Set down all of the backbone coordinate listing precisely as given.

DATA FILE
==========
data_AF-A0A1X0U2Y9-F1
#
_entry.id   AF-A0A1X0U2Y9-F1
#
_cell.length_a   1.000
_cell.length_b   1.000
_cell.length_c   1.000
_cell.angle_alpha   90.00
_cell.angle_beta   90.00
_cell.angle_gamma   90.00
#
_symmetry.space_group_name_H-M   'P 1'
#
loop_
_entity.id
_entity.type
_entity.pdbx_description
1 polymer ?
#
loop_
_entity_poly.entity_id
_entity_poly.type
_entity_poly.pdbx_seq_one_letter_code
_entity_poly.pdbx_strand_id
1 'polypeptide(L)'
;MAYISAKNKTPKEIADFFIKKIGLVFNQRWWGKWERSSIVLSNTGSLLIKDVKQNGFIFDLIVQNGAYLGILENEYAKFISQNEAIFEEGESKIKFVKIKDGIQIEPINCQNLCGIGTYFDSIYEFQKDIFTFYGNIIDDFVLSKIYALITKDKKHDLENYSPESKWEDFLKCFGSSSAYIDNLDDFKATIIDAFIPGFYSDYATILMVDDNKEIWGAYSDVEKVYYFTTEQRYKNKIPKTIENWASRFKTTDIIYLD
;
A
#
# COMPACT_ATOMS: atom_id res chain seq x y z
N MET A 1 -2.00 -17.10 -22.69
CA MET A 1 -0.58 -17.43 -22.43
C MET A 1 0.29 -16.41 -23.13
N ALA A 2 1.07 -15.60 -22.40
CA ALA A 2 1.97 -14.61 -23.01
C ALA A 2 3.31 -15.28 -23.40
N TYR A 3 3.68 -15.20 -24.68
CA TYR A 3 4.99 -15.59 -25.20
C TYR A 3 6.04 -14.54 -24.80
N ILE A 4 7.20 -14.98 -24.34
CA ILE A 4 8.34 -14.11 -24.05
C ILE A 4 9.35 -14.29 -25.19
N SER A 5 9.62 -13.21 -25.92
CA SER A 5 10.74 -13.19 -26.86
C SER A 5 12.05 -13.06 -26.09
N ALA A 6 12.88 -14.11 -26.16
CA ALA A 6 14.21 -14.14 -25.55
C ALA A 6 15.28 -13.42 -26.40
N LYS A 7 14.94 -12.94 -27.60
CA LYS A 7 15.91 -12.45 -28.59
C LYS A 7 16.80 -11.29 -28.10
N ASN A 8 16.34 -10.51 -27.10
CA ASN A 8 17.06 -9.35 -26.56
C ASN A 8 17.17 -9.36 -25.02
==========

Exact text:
data_AF-A0A1X0U2Y9-F1
#
_entry.id   AF-A0A1X0U2Y9-F1
#
_cell.length_a   1.000
_cell.length_b   1.000
_cell.length_c   1.000
_cell.angle_alpha   90.00
_cell.angle_beta   90.00
_cell.angle_gamma   90.00
#
_symmetry.space_group_name_H-M   'P 1'
#
loop_
_entity.id
_entity.type
_entity.pdbx_description
1 polymer ?
#
loop_
_entity_poly.entity_id
_entity_poly.type
_entity_poly.pdbx_seq_one_letter_code
_entity_poly.pdbx_strand_id
1 'polypeptide(L)'
;MAYISAKNKTPKEIADFFIKKIGLVFNQRWWGKWERSSIVLSNTGSLLIKDVKQNGFIFDLIVQNGAYLGILENEYAKFISQNEAIFEEGESKIKFVKIKDGIQIEPINCQNLCGIGTYFDSIYEFQKDIFTFYGNIIDDFVLSKIYALITKDKKHDLENYSPESKWEDFLKCFGSSSAYIDNLDDFKATIIDAFIPGFYSDYATILMVDDNKEIWGAYSDVEKVYYFTTEQRYKNKIPKTIENWASRFKTTDIIYLD
;
A
#
# COMPACT_ATOMS: atom_id res chain seq x y z
N MET A 1 -2.00 -17.10 -22.69
CA MET A 1 -0.58 -17.43 -22.43
C MET A 1 0.29 -16.41 -23.13
N ALA A 2 1.07 -15.60 -22.40
CA ALA A 2 1.97 -14.61 -23.01
C ALA A 2 3.31 -15.28 -23.40
N TYR A 3 3.68 -15.20 -24.68
CA TYR A 3 4.99 -15.59 -25.20
C TYR A 3 6.04 -14.54 -24.80
N ILE A 4 7.20 -14.98 -24.34
CA ILE A 4 8.34 -14.11 -24.05
C ILE A 4 9.35 -14.29 -25.19
N SER A 5 9.62 -13.21 -25.92
CA SER A 5 10.74 -13.19 -26.86
C SER A 5 12.05 -13.06 -26.09
N ALA A 6 12.88 -14.11 -26.16
CA ALA A 6 14.21 -14.14 -25.55
C ALA A 6 15.28 -13.42 -26.40
N LYS A 7 14.94 -12.94 -27.60
CA LYS A 7 15.91 -12.45 -28.59
C LYS A 7 16.80 -11.29 -28.10
N ASN A 8 16.34 -10.51 -27.10
CA ASN A 8 17.06 -9.35 -26.56
C ASN A 8 17.17 -9.36 -25.02